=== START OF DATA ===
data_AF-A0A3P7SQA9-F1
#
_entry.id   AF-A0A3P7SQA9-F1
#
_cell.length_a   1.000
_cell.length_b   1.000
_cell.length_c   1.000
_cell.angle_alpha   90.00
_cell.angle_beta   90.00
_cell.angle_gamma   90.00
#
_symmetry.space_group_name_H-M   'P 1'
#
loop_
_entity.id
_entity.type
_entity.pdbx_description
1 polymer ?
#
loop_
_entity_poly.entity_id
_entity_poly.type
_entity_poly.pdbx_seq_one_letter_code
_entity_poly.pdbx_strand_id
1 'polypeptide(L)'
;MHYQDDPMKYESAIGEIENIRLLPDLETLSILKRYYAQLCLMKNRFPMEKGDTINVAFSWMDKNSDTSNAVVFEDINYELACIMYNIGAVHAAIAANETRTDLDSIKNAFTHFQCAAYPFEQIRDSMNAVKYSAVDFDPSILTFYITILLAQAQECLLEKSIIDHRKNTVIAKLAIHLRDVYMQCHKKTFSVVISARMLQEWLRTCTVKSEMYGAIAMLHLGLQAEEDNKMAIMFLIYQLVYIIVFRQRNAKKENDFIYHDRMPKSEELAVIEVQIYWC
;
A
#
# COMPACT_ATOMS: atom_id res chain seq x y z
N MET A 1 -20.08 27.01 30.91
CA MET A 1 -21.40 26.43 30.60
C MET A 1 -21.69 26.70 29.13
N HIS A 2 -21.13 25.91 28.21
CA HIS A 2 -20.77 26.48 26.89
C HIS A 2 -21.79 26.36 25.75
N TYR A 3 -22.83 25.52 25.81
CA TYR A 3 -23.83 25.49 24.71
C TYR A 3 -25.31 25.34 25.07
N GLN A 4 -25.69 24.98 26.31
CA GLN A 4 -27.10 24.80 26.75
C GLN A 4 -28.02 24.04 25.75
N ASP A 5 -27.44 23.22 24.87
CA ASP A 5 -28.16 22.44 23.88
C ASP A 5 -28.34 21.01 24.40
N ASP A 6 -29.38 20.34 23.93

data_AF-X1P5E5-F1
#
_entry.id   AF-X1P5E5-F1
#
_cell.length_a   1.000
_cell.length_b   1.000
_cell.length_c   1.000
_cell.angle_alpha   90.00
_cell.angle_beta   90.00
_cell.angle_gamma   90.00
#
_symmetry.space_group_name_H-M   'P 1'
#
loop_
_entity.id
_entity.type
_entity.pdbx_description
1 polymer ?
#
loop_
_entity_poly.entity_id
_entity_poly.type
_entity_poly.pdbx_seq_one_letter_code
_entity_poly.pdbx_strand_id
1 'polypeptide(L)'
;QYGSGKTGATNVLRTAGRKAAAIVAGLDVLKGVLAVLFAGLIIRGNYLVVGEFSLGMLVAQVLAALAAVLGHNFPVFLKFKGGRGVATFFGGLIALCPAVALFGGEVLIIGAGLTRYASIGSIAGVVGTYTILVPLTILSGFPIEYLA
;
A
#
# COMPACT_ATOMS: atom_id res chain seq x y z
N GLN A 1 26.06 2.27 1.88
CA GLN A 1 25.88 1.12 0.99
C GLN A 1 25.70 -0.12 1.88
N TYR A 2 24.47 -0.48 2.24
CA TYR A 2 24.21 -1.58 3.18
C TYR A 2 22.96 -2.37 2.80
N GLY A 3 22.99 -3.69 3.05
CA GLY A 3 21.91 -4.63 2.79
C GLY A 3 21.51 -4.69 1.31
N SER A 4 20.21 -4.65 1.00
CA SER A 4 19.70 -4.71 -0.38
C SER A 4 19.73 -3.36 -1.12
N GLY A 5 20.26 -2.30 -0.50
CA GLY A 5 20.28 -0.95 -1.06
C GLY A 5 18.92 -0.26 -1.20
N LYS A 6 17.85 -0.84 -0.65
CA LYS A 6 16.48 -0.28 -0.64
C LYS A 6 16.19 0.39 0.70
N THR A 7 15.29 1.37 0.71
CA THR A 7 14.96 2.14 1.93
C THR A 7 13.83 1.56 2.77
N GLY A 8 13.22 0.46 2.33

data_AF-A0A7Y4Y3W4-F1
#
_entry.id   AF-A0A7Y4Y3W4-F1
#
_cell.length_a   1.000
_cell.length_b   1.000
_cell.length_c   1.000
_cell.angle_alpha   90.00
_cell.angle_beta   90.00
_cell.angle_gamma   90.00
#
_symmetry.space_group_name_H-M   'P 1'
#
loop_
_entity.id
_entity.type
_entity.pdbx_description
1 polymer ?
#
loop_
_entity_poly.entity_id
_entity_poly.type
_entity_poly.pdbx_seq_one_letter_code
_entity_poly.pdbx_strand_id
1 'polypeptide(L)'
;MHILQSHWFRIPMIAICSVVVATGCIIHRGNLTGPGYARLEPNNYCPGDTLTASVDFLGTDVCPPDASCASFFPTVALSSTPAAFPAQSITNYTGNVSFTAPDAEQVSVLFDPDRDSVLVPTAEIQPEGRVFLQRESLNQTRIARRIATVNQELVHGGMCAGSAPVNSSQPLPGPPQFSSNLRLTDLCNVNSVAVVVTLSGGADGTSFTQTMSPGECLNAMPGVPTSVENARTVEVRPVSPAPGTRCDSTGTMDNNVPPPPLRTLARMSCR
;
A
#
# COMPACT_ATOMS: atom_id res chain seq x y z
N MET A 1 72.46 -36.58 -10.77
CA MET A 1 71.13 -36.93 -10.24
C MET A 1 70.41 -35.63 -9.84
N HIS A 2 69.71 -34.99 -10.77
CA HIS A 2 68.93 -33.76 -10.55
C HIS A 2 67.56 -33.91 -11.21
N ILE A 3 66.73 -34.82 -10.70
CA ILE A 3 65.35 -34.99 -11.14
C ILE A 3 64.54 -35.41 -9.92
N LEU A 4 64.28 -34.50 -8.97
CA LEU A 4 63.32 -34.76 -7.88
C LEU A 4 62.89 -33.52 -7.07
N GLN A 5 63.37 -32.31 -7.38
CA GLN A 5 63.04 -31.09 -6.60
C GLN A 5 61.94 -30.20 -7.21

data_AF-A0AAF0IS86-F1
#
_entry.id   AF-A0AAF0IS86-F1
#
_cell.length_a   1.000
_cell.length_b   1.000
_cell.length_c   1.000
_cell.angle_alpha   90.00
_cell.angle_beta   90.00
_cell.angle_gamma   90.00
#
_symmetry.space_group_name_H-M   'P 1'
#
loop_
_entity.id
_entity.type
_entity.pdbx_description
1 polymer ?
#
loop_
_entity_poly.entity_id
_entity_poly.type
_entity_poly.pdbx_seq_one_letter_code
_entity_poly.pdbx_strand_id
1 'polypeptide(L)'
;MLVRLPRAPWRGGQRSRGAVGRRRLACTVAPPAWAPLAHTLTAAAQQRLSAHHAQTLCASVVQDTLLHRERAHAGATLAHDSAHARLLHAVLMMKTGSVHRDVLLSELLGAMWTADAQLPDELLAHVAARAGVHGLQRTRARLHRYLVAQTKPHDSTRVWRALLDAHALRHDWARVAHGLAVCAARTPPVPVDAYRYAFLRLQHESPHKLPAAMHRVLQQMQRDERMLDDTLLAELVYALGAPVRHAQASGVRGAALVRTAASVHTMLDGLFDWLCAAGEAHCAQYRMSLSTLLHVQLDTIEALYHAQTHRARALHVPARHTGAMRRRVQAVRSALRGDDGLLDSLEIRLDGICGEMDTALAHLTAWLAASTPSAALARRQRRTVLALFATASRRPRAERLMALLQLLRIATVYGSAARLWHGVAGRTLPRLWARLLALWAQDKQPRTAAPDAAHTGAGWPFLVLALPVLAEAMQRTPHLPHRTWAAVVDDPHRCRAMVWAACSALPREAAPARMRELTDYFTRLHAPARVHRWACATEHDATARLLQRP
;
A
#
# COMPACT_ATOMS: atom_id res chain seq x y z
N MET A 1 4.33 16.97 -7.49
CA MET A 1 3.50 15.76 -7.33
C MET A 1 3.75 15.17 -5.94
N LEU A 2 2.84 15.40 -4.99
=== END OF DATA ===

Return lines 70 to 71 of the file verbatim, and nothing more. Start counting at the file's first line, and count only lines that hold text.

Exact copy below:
_entity_poly.pdbx_strand_id
1 'polypeptide(L)'